back to article It's good to talk, UK banks told after massaging cyberattack figures

Top techies at British banks are being encouraged to share information about cyberattacks following revelations that the financial sector is under-reporting breaches to regulators. According to the UK's Financial Conduct Authority, only five attacks were reported in 2014, a figure that has soared to 75 so far this year. But …

  1. Anonymous Coward
    Anonymous Coward

    Banks, Stop Ignoring The Obvious....

    * * * How are Banks marching forward with Biometric without any public discussion? Its insane how they keep painting the rosy side (not having to remember passwords etc), while never addressing what happens once biometric data leaks out, as it will.

    * * * I've got no confidence in anyone anymore. Certainly not government regulation of private industry.... Sing after me: "Its the self-preservation society".

    1. Anonymous Coward
      Anonymous Coward

      Re: Banks, Stop Ignoring The Obvious....

      Disclosure: I have worked at a bank during the last five years.

      The "you can't revoke your fingerprint" argument is valid up to a point. You need to take into account that it's much more difficult to replay an intercepted bankend tokenised version of, say, a fingerprint, because the attacker needs to already be in the bank's internal auth network - in which case fingerprint replay is the least of their problems. Yes I know, gummi bears, but those attacks are implementation details.

      As far as regulation goes, then as a security grunt down in the trenches I say bring it on. The levels of compliance monitoring in banks is, well, from my experience it's what you'd want it to be: stringent, independent, comprehensive. People still do bad things, no doubt, but the cost is much higher (because the of the need to evad compliance) and anyone doing it should be under no illusion that they're in serious trouble if/when caught. If the FCA or PRA regulated for mandatory security controls (even just Cyber Essentials compliance, for instance, that's a lot less noddy than you might expect - have a look at the requirements) -- banks would moan and groan, but they'd do it. or, at any rate, more of THEM would do more of IT, if such regulations were introduced.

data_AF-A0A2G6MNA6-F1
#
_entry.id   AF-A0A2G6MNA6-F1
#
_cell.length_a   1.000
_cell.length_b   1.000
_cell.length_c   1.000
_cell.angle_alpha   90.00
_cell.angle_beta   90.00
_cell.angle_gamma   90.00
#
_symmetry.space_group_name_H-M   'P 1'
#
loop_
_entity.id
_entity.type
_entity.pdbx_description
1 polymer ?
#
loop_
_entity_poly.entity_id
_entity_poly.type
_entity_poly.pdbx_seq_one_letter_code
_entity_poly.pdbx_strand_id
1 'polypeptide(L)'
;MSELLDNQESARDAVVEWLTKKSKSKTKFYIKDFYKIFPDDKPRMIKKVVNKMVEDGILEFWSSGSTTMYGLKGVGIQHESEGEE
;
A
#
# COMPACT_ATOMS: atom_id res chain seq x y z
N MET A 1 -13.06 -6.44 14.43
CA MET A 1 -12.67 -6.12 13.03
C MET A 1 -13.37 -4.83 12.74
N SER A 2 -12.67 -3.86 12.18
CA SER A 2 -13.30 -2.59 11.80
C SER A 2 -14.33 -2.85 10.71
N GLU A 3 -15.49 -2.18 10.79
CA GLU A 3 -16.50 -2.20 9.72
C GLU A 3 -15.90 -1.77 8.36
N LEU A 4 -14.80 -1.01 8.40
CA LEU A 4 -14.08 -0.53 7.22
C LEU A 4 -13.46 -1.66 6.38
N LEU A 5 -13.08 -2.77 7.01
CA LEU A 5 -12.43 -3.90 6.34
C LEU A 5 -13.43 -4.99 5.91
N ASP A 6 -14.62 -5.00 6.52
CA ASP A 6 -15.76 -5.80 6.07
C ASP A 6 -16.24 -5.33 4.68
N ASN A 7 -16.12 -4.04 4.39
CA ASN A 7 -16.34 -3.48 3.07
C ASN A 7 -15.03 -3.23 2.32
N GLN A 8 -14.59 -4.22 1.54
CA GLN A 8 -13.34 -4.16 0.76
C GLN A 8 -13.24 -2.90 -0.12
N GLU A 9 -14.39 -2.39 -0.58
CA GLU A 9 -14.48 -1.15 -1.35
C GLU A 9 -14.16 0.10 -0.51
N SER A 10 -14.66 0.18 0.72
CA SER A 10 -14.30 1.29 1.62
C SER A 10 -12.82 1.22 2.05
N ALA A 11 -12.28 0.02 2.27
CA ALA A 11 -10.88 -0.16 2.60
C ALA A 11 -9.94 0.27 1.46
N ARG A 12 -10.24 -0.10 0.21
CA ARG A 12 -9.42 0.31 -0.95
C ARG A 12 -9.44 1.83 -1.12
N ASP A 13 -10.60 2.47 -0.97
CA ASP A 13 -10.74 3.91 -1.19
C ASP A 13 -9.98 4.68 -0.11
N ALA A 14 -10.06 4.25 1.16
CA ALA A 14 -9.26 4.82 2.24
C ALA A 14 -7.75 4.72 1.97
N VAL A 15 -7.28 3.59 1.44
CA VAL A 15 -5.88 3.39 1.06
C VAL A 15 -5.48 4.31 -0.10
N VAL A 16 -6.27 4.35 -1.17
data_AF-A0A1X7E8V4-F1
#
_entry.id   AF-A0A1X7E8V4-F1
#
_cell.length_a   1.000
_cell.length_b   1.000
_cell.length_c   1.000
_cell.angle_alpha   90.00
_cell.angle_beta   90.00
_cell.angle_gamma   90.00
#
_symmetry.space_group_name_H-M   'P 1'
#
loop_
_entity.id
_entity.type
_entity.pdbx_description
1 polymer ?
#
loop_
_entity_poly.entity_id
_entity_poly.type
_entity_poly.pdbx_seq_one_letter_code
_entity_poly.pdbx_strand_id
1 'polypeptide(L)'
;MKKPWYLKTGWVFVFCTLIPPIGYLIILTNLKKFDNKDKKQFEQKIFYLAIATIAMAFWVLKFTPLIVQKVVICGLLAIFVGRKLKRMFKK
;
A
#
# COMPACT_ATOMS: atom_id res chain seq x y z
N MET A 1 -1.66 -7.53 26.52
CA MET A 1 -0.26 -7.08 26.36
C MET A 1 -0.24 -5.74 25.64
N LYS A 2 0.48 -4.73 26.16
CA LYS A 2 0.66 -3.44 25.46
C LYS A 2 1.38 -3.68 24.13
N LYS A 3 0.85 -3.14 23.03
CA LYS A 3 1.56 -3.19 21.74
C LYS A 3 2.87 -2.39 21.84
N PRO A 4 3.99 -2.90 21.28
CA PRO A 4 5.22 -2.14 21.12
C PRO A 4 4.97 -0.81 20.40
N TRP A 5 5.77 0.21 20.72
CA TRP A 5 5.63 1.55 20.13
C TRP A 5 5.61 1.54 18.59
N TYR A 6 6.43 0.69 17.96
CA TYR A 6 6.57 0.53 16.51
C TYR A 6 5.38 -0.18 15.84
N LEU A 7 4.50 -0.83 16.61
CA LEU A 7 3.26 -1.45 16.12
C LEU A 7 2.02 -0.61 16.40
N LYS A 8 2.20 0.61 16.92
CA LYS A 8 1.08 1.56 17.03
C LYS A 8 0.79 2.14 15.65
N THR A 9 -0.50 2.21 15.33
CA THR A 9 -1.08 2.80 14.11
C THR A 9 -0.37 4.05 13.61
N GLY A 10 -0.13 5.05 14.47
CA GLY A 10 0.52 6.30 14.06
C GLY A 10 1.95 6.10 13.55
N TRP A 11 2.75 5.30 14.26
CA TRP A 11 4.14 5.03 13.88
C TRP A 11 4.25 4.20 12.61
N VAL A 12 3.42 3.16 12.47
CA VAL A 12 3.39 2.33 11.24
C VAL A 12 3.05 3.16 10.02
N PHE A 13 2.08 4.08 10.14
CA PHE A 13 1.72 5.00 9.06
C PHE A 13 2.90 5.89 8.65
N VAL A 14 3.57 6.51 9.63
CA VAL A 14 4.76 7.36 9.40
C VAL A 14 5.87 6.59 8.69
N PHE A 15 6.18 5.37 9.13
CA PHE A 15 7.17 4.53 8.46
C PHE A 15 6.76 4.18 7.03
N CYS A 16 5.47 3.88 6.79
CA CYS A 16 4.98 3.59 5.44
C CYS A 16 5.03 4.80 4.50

1. Anonymous Coward
        Anonymous Coward

        Re: Banks, Stop Ignoring The Obvious....

        @AC: "You need to take into account that it's much more difficult to replay an intercepted bankend tokenised version of, say, a fingerprint, because the attacker needs to already be in the bank's internal auth network"

        .....Sounds like Security-through-obscurity... But the truth is hackers just need to get into the user fingerprint device that's paired with the account and play MITM... In effect, this is just another vector for keyloggers.

        @AC: "The levels of compliance monitoring in banks is, well, from my experience it's what you'd want it to be: stringent, independent, comprehensive."

        .....Not so. Look at Wells Fargo fake accounts in the US and the ongoing PPI scandal in the UK. There needs to be jail time and personal fines as a deterrent. Nothing else works.

  2. sitta_europea Silver badge

    They don't care.

    They PUBLISH the fact that they don't care.

    Not one of them uses DNSSEC.

  3. M7S

    What about that place in Victoria operated by a branch of GCHQ

    Can't they go and report everything there in confidence*, or is this yet another set of "different laws" that seem to apply depending on who you know.

    *Yes, I know I have commented in other posts on the dilemma this poses, but given that the place exists for this purpose, it would seem the sort of thing that it is meant to address, and might salve the concerns of the financial regulators.

  4. Gene Cash Silver badge

    "under-reporting breaches to regulators"

    Isn't that what large fines are for?

  5. Anonymous Coward
    Anonymous Coward

    Only Breaches?

    I remember it being written in the papers about them getting caught not being entirely truthful about their financial states to the Bank of England.

    Anon because I realised why certain things happened when and as they did, though after the facts were published in the papers. So I have no extra info, I just saw it first hand.

  6. Anonymous Coward
    Anonymous Coward

    Big hint regulator - the banks don't really care

    As long as the banks can draw up contracts that blame the customer for their losses, often in retrospect "We've just updated out Terms & Conditions!" in the hope that the upbeat language used will dissuade customers from reading the fine print which contains the grim news that fraud is now mostly the problem of the account holder, the banks have no cause for worry.

    The banks have also, for many years, operated a policy of "sack the whistleblower and cover up". A good way to shorten one's career/contract in any bank is to point out the gaping security flaws in their systems. Banks rely on confidence to prevent a run on the bank, hence anything that threatens confidence is not to be encouraged. Only good news here, nothing to see, pass along please.

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